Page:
Did Gingrich Correctly Predict Medicare’s Demise?

In 1995, the Speaker predicted Medicare is "going to wither on the vine because we think people are voluntarily going to leave it."

Don't Steal From Medicare to Support Socialized Medicine

Austin Frakt points us to what he terms “Gingrich’s Correct Prediction About Medicare’s Future.”

On Oct. 24, 1995, Newt Gingrich made an assertion about what would happen to Medicare if its beneficiaries could choose between it and private plans. Medicare is “going to wither on the vine because we think people are voluntarily going to leave it — voluntarily.” Though he later walked this statement backmany observers viewed it as an attack on the program.

In fact, over the nearly two decades since, Mr. Gingrich’s claim has undergone something of a test — and it has largely passed it.

While I’d forgotten Gingrich’s prediction, the assertion that he got it right intrigues me, given that I have been operating under the assumption that Medicare was still operating and covering more people than ever.

In that time, Medicare beneficiaries have enjoyed various levels of access to private alternatives to traditional Medicare through the Medicare Advantage program and its predecessors. These private Medicare plans must provide at least the same level of benefits as traditional Medicare, though may offer more generous benefits voluntarily. They are subsidized by the federal government, often to the degree that many beneficiaries pay no premium even when receiving more benefits than they would from the traditional program.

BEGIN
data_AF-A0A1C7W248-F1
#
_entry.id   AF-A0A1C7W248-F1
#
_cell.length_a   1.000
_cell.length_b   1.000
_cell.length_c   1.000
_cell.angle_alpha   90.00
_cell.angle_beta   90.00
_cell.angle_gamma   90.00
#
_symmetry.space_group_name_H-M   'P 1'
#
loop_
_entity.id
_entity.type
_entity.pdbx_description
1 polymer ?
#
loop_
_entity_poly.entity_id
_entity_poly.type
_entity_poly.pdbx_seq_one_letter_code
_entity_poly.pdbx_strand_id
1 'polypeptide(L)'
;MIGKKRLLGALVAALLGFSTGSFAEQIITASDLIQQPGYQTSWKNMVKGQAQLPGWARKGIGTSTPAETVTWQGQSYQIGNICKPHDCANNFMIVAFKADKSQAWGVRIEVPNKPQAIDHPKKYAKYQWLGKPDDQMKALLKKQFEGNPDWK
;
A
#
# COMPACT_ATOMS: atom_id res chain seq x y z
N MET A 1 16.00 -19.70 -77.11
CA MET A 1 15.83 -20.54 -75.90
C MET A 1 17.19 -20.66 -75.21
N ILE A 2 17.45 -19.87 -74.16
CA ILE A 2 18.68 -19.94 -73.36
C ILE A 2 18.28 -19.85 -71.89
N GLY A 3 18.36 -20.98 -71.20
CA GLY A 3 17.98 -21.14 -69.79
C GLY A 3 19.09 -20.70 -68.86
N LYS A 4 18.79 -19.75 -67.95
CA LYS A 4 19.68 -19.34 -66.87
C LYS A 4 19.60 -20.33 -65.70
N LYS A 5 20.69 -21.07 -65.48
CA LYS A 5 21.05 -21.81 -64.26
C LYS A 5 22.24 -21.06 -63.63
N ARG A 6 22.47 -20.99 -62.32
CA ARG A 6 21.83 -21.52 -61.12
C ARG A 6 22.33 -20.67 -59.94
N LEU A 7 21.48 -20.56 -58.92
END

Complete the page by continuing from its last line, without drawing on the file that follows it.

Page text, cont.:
Federal financial support for these alternative plans has waxed and waned, and enrollment in them with it. When government payments to plans were lower — as they were in the early 2000s — fewer plans participated, and those that did offered relatively less generous benefits; enrollment declined. When government payments to plans were higher — as they were beginning in the mid-2000s — enrollment increased.

Today, 30 percent of Medicare beneficiaries are enrolled in a Medicare Advantage plan, more than at any time in history. In some states, like Hawaii and Minnesota, about half of Medicare beneficiaries are in such plans. This is despite the fact that government payments to plans were cut by the Affordable Care Act. They’re down eight percentage points from their peak in 2009, as measured relative to the cost of traditional Medicare coverage. Still, taxpayers pay more to cover a beneficiary in Medicare Advantage than in traditional Medicare.